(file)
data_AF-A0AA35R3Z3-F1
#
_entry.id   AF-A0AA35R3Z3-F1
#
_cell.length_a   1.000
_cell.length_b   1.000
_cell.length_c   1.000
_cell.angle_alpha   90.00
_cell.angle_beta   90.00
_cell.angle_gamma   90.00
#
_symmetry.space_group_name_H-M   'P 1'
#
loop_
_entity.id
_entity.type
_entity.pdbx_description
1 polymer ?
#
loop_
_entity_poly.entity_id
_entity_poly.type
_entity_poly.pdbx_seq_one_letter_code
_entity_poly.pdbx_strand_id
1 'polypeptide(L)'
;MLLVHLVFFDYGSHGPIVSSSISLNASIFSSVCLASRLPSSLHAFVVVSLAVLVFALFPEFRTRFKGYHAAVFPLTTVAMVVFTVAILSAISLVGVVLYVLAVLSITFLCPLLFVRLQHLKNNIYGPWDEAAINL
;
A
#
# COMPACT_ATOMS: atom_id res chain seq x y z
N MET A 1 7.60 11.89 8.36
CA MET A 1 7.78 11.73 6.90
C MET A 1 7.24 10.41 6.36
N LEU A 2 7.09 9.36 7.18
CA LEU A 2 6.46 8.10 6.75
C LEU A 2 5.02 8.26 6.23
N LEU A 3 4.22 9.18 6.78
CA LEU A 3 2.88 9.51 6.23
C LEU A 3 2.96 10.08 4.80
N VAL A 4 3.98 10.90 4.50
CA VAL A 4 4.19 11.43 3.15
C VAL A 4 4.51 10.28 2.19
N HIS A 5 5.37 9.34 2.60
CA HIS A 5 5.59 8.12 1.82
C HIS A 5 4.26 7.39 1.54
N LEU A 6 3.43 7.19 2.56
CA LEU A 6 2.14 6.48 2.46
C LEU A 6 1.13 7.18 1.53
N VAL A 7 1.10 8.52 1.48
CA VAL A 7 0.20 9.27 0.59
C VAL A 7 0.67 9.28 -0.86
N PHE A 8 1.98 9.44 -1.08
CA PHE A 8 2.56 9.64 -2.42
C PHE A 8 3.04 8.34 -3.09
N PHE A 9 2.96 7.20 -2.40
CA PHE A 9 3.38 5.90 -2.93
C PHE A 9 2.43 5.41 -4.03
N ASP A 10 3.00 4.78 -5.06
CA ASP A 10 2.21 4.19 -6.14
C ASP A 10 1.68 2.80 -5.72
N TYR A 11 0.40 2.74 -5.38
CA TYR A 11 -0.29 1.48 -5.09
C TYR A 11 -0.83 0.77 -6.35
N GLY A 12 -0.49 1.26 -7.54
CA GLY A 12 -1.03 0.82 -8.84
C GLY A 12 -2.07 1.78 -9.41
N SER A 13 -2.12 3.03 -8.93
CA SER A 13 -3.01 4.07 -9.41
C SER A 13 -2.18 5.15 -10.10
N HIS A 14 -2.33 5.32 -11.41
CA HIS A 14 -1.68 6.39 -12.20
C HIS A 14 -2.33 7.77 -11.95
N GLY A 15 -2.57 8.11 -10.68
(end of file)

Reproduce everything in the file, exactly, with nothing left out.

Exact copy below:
data_AF-A0AA35R3Z3-F1
#
_entry.id   AF-A0AA35R3Z3-F1
#
_cell.length_a   1.000
_cell.length_b   1.000
_cell.length_c   1.000
_cell.angle_alpha   90.00
_cell.angle_beta   90.00
_cell.angle_gamma   90.00
#
_symmetry.space_group_name_H-M   'P 1'
#
loop_
_entity.id
_entity.type
_entity.pdbx_description
1 polymer ?
#
loop_
_entity_poly.entity_id
_entity_poly.type
_entity_poly.pdbx_seq_one_letter_code
_entity_poly.pdbx_strand_id
1 'polypeptide(L)'
;MLLVHLVFFDYGSHGPIVSSSISLNASIFSSVCLASRLPSSLHAFVVVSLAVLVFALFPEFRTRFKGYHAAVFPLTTVAMVVFTVAILSAISLVGVVLYVLAVLSITFLCPLLFVRLQHLKNNIYGPWDEAAINL
;
A
#
# COMPACT_ATOMS: atom_id res chain seq x y z
N MET A 1 7.60 11.89 8.36
CA MET A 1 7.78 11.73 6.90
C MET A 1 7.24 10.41 6.36
N LEU A 2 7.09 9.36 7.18
CA LEU A 2 6.46 8.10 6.75
C LEU A 2 5.02 8.26 6.23
N LEU A 3 4.22 9.18 6.78
CA LEU A 3 2.88 9.51 6.23
C LEU A 3 2.96 10.08 4.80
N VAL A 4 3.98 10.90 4.50
CA VAL A 4 4.19 11.43 3.15
C VAL A 4 4.51 10.28 2.19
N HIS A 5 5.37 9.34 2.60
CA HIS A 5 5.59 8.12 1.82
C HIS A 5 4.26 7.39 1.54
N LEU A 6 3.43 7.19 2.56
CA LEU A 6 2.14 6.48 2.46
C LEU A 6 1.13 7.18 1.53
N VAL A 7 1.10 8.52 1.48
CA VAL A 7 0.20 9.27 0.59
C VAL A 7 0.67 9.28 -0.86
N PHE A 8 1.98 9.44 -1.08
CA PHE A 8 2.56 9.64 -2.42
C PHE A 8 3.04 8.34 -3.09
N PHE A 9 2.96 7.20 -2.40
CA PHE A 9 3.38 5.90 -2.93
C PHE A 9 2.43 5.41 -4.03
N ASP A 10 3.00 4.78 -5.06
CA ASP A 10 2.21 4.19 -6.14
C ASP A 10 1.68 2.80 -5.72
N TYR A 11 0.40 2.74 -5.38
CA TYR A 11 -0.29 1.48 -5.09
C TYR A 11 -0.83 0.77 -6.35
N GLY A 12 -0.49 1.26 -7.54
CA GLY A 12 -1.03 0.82 -8.84
C GLY A 12 -2.07 1.78 -9.41
N SER A 13 -2.12 3.03 -8.93
CA SER A 13 -3.01 4.07 -9.41
C SER A 13 -2.18 5.15 -10.10
N HIS A 14 -2.33 5.32 -11.41
CA HIS A 14 -1.68 6.39 -12.20
C HIS A 14 -2.33 7.77 -11.95
N GLY A 15 -2.57 8.11 -10.68